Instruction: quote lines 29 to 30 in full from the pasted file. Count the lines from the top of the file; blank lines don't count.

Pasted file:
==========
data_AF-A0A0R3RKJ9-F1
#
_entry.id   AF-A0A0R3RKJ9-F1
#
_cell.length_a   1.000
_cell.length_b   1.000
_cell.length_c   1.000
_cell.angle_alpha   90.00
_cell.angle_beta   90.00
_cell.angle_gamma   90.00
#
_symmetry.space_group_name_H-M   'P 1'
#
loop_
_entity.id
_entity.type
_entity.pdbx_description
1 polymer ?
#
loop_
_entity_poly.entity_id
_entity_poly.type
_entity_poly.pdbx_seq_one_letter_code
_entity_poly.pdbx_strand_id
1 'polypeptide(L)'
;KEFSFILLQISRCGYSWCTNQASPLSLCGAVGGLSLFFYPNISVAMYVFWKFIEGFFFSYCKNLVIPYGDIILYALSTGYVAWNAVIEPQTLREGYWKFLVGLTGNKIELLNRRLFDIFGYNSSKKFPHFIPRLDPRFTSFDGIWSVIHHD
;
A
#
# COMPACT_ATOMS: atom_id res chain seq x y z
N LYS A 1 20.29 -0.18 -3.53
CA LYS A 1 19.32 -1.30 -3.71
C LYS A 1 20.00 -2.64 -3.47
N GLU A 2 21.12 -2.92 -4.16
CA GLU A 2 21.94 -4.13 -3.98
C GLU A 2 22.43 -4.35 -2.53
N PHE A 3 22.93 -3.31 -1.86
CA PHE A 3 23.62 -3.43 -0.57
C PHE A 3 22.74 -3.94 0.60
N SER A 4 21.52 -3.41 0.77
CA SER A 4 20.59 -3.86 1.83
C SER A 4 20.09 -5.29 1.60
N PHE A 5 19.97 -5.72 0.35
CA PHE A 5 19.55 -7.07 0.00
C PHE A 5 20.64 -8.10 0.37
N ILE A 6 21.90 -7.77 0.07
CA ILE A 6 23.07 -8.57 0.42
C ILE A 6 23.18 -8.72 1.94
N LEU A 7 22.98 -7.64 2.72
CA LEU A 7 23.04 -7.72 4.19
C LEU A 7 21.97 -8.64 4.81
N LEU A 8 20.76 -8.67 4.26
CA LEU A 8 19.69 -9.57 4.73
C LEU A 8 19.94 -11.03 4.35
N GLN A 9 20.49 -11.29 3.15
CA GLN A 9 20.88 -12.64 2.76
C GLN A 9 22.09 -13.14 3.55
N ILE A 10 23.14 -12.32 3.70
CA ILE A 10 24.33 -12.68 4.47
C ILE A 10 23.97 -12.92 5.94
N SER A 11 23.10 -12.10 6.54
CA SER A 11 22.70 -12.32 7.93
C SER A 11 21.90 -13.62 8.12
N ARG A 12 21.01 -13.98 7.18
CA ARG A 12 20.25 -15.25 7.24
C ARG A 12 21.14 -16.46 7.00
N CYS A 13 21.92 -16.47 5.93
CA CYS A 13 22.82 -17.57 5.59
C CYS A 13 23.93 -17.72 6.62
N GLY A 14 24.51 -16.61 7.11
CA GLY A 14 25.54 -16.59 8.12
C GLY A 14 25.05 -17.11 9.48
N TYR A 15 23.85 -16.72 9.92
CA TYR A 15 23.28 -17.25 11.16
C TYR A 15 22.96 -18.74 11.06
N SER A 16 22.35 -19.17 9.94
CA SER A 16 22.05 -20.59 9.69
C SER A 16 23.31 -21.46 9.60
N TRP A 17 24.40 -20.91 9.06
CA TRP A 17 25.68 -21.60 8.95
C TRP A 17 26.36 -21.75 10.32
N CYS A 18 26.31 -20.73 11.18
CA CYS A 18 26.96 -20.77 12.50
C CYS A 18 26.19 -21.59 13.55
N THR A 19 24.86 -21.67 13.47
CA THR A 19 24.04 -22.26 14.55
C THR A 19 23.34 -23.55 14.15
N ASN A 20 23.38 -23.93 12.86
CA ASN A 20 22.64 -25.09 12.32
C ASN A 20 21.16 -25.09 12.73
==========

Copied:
#
# COMPACT_ATOMS: atom_id res chain seq x y z